Published in Gig List
Sunday, 15 September 2013 12:46

30.8.2013 - interview in Headlines magazine

Headlines' interview

Really delighted to have a full-page interview in the autumn edition of 'Headlines' – the magazine of the Christie Hospital trust.

I talk about how the experience of throat cancer changed my life – and how I have fought to get my voice back. Both creatively and literally...

Published in News
RFTK Promotions presents

Sunday 10th November

Newcastle Trillians
Princess Square,
Newcastle upon Tyne, NE1 8DE

Special Guests: Berlin Black, Anxiety Of Love.

Tickets on sale now:

https://shop.ticketscript.com/channel/web2/get-dates/rid/VZ7SR44K/eid/181255/language/en/format/html

This will be the first show from The March Violets in Newcastle for around 30 years! A very rare treat to see a great band.

The band were one of the prominent post-punk drum-machine machine bands in the 80s - and since their 2007 reformation (original members Si Denbigh, Rosie Garland, Tom Ashton with new bass player Jo Violet) they've played a string of stunning shows - and so it's a great chance to see them here in Newcastle.

Support comes from Anxiety of Love and Berlin Black.

Tickets are £14 adv and on sale now.

In person : Trillians, Charnel House, Reflex Records, Hot Rats

Published in Gig List

News and Events

  • 10.8.2019 - Val McDermid's 10 most compelling LGBTQI writers in the UK today
    10.8.2019 - Val McDermid's 10 most compelling LGBTQI writers in the UK today

    I’m thrilled to announce that Val McDermid has selected me as one of the 10 most compelling LGBTQI+ writers working in the UK today!

    Val said: “These writers are writing for everyone. These are not words for a niche readership. These are not writings for a ghetto. These are the works of writers who have something to say that can be – and should be – heard by as many people as possible.”

    She continued: “Auden was wrong when he claimed “poetry makes nothing happen”. Words do change the world, reader by reader. They open our eyes, they provoke thought. The work of these 10 writers… will awaken in us fresh delight in the wonder of words.”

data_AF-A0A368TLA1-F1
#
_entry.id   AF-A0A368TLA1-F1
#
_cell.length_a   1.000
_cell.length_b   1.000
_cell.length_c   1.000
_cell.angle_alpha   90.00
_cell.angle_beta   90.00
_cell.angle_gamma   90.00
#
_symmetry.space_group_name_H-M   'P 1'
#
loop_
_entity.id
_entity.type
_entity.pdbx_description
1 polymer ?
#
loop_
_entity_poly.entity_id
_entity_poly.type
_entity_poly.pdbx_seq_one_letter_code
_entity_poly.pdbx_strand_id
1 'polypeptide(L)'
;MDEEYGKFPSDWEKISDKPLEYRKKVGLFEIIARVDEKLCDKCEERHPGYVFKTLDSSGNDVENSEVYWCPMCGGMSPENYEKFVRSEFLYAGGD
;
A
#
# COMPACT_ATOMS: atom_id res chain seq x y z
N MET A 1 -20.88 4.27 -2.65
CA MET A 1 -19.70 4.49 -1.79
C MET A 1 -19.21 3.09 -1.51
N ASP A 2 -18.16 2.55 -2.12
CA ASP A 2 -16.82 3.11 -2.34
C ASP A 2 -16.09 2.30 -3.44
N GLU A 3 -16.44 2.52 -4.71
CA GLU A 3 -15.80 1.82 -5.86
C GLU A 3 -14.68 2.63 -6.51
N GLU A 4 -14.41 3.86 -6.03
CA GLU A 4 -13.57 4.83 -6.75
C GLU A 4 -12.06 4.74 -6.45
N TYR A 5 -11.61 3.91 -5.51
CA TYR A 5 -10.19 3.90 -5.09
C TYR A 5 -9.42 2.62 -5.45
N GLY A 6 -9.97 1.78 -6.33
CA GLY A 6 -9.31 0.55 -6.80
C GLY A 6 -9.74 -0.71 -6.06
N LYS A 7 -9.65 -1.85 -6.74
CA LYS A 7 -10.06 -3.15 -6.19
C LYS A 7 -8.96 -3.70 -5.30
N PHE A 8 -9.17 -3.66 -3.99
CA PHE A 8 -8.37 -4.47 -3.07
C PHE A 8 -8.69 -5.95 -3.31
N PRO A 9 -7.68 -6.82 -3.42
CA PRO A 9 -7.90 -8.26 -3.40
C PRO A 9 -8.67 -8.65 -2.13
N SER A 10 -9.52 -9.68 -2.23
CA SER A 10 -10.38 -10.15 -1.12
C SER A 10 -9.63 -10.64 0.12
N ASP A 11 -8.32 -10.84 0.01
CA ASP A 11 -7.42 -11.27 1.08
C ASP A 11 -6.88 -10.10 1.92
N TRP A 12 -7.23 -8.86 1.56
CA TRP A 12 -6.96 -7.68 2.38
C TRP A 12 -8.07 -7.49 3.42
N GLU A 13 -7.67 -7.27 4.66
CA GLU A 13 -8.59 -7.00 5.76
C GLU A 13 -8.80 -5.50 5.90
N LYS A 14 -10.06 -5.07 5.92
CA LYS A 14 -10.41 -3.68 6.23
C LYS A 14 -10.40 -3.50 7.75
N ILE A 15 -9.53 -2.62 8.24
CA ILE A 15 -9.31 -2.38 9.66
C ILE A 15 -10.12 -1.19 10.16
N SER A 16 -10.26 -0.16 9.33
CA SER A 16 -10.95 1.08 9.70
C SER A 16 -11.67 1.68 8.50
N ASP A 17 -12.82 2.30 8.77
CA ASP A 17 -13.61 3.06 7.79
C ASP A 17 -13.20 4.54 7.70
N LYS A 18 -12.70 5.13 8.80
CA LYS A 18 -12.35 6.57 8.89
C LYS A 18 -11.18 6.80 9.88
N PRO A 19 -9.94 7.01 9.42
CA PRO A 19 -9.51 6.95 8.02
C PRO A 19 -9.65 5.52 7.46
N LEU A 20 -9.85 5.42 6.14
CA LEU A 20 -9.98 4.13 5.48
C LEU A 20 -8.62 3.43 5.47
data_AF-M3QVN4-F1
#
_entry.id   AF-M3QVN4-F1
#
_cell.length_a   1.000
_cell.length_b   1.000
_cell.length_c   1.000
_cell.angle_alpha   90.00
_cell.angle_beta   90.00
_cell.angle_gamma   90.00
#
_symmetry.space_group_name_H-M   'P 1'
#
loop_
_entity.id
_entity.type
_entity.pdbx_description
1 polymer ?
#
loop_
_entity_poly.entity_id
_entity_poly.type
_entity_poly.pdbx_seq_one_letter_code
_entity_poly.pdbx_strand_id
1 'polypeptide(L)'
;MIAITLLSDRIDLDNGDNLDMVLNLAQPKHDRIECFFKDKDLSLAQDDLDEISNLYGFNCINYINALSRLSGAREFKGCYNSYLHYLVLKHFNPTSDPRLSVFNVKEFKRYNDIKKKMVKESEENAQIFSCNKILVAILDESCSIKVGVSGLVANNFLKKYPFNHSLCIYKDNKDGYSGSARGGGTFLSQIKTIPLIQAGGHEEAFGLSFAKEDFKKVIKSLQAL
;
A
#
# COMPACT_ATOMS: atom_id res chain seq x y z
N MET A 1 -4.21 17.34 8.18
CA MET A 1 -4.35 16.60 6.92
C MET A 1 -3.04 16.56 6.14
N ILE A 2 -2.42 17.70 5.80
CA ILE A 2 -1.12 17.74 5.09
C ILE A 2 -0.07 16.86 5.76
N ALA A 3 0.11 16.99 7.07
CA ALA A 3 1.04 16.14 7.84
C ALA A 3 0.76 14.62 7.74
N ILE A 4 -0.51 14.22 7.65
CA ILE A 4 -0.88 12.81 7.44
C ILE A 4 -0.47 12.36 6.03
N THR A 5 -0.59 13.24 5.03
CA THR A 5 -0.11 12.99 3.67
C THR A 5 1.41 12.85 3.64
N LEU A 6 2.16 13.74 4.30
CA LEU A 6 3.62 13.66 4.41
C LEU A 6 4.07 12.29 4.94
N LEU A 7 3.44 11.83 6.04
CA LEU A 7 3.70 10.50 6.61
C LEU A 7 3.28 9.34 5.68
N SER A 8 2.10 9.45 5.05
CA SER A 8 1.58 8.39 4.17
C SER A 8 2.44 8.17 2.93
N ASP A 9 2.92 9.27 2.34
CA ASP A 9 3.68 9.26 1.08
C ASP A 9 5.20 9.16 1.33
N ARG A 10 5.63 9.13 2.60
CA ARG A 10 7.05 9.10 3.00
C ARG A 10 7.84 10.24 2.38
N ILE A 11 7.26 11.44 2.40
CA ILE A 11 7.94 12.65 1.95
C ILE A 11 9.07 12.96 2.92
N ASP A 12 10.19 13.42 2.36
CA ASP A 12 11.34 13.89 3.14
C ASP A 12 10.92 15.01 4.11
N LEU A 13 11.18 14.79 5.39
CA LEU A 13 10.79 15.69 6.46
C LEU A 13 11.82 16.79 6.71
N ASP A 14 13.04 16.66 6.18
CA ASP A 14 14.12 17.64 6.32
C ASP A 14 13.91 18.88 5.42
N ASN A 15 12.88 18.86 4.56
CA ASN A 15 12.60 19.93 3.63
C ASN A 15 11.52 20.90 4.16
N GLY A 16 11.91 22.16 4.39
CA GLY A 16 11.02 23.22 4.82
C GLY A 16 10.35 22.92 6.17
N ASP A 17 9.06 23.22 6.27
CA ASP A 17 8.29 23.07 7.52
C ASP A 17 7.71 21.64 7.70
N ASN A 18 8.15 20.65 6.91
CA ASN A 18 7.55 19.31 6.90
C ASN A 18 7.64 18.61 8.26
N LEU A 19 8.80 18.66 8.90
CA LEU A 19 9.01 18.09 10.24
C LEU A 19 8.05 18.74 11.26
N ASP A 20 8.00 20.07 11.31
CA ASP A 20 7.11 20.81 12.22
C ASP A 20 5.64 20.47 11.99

The list was commissioned by the National Centre for Writing and British Council, supported by Arts Council England as part of a two-year programme to promote writing from the UK to an international audience. It also includes the amazing Colette Bryce, Juno Dawson, Juliet Jacques, Keith Jarrett, Kirsty Logan, Andrew McMillan, Fiona Mozley, Mary Paulson-Ellis & Luke Turner.

    The Guardian - The Word Is Out. Val McDermid selects Britain's 10 most outstanding lgbtq writers

    Written on Wednesday, 14 August 2019 08:44
  • 20.6.2019 - Peterloo: massacre or riot? The John Rylands Library
    20.6.2019 - Peterloo: massacre or riot? The John Rylands Library
    Peterloo – massacre or riot?

    On June 20th 2019, The John Rylands Library staged a live performance event to mark the bicentenary of the Peterloo Massacre. It was a first for the library and I was excited to take the part of Jemima Bamford – one of the thousands of men, women and children who gathered at St Peter’s Field in August 1819. I donned bonnet and shawl and created a speech, imagining how she might have spoken out against the actions of the militia, who charged into an unarmed crowd, and murdered up to 23 people.

    Then joined by 5 other actors, I took part in a public debate as we decide: was Peterloo a massacre or a riot? At the end of the debate, votes were cast, and Manchester decided overwhelmingly – massacre.

    Written on Sunday, 21 July 2019 10:32
  • 8.6.2019 - Guest vox with The Bellwether Syndicate, Wave-Gotik Treffen
    8.6.2019 - Guest vox with The Bellwether Syndicate, Wave-Gotik Treffen
    Guest vox with The Bellwether Syndicate at Wave-Gotik Treffen